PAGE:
Long COVID and Dysautonomia

Aug 29, 2022

long covid and dysautonomia

This article is written for educational purposes only and should not be construed as medical advice. If you are experiencing symptoms of Long COVID or dysautonomia, including chronic fatigue, lightheadedness, rapid heartbeat after standing or minimal movement, and/or brain fog, talk to your doctor.   

This article was last updated on August 30, 2022.  

In February 2020, Amanda’s husband fell ill after traveling for work, complaining of a high fever and trouble breathing. Four days later, Amanda got sick as well.  

With concerns of the novel SARS-Cov-2 virus spreading rapidly, their primary care physician refused to see them, so they found themselves in an emergency room. All tests for strains of the flu and strep throat were negative.  

They were never tested for the novel coronavirus as testing kits were extremely limited at that time, but Amanda had little doubt she and her husband were early COVID-19 patients. She had all the symptoms: fever, trouble breathing, loss of taste and smell, extreme fatigue.  

Her husband’s situation improved. Hers didn’t.  

“At the end of March, I unfortunately was developing new symptoms that were very strange – tachycardia, passing out when I stood up, allergies to foods I had always ate and strong aversion to any smells,” Amanda said. “After I gained my sense of smell back, it seemed that all smells were just too strong, especially anything that contained a synthetic fragrance.” 

She also seemed to be constantly dehydrated. Blood work indicated low sodium levels, but her doctor couldn’t offer a cause for these long-lasting symptoms, suggesting she may just be imagining them.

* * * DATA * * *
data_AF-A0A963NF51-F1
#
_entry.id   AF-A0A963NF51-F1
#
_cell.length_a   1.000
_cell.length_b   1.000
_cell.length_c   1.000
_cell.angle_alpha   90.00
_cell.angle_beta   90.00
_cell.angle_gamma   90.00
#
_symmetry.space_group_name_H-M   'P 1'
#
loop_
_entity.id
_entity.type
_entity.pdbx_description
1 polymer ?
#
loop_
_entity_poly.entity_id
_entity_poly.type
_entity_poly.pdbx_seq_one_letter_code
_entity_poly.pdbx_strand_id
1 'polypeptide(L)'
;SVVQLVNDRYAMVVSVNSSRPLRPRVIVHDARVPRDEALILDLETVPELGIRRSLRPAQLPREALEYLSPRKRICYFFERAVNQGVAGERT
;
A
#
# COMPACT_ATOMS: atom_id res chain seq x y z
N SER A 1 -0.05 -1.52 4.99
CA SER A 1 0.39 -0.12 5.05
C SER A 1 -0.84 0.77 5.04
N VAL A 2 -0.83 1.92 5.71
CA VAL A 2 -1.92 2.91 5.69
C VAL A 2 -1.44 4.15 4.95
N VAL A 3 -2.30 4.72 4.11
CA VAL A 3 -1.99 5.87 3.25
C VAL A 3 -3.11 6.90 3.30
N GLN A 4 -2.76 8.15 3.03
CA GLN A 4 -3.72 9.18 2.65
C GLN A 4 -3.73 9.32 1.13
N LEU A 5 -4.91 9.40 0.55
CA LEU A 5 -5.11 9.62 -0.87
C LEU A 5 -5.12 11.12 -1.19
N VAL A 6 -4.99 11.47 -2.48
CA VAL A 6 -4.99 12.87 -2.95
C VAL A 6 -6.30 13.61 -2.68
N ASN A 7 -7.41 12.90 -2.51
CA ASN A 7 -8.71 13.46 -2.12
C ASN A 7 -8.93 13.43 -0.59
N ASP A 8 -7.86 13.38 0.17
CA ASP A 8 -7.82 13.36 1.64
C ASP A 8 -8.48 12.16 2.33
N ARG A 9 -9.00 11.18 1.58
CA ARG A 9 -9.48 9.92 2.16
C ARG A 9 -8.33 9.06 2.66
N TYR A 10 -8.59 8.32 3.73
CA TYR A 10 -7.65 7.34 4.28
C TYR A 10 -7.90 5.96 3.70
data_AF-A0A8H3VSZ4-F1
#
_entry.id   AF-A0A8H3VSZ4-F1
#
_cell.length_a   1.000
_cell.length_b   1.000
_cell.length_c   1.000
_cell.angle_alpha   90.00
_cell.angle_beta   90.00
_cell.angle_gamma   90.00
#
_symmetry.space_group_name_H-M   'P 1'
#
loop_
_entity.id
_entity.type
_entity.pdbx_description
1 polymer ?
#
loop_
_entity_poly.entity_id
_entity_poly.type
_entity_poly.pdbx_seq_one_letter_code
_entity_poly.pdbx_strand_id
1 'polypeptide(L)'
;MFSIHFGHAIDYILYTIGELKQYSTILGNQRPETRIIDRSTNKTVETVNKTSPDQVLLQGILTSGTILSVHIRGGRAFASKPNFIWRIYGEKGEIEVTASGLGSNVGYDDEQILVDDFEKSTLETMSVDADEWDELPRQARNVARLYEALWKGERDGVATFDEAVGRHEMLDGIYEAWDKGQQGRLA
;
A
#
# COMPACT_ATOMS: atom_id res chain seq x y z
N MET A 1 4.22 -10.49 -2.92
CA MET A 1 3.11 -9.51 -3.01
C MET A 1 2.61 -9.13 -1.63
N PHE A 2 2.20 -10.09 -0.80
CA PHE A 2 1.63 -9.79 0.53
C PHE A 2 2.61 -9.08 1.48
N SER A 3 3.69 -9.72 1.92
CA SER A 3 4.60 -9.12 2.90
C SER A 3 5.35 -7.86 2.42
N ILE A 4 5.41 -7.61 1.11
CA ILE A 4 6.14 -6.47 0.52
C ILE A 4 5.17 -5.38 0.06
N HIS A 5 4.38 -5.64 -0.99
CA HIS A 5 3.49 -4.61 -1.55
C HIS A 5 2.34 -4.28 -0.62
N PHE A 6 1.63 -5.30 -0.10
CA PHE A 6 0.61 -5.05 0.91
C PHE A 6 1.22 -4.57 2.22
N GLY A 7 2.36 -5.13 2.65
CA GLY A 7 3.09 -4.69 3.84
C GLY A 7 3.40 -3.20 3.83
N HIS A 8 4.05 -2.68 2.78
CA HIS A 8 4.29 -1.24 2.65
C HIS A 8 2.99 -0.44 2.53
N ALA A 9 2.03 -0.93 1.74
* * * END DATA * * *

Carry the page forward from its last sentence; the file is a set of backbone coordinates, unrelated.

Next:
Amanda refused to accept this conclusion. Her mom, a nurse practitioner, said her symptoms sounded like POTS (Postural Orthostatic Tachycardia Syndrome) and told her to try and meet with a cardiologist. Amanda did, and one tilt table test later, she received her diagnosis. It was POTS, likely triggered as an autoimmune response to her probable COVID-19 infection, the doctor said.  

What Is Dysautonomia?  

To anyone living with autonomic nervous system disorders, or dysautonomia, Amanda’s story may feel familiar – from her symptoms to her setbacks in the diagnosis process.  

Thought to affect more than 70 million people worldwide, dysautonomia is a medical term that represents a malfunction of the autonomic nervous system. This system controls the “automatic” functions of the body that we do not consciously think about, such as heart rate, blood pressure, digestion, dilation and constriction of the pupils of the eye, kidney function and temperature control. People living with various forms of dysautonomia have trouble regulating these systems, which can result in lightheadedness, fainting, unstable blood pressure, abnormal heart rates and malnutrition. 

There are several forms of dysautonomia, including POTS, as well as Neurocardiogenic Syncope (Vasovagal Syncope), Inappropriate Sinus Tachycardia (IST) and Multiple System Atrophy. 

Despite the high prevalence of dysautonomia, most patients take years to get diagnosed due to a lack of awareness among the public and within the medical profession. For instance, 59% of POTS patients were told by a doctor that their symptoms were “all in your head” before receiving their diagnosis, according to Dysautonomia International 

Dysautonomia can have multiple causes, but viral infection is a known trigger 


Although many people quickly recover from COVID-19, others may experience residual symptoms months after contracting the virus. A 2021 study indicates that most COVID-19 patients have mild symptoms and recover within several weeks, but more than 50% are left with at least one ongoing symptom several months later. Other research indicates the proportion of COVID-19 patients who go on to develop Long COVID might be lower, but results are still inconclusive.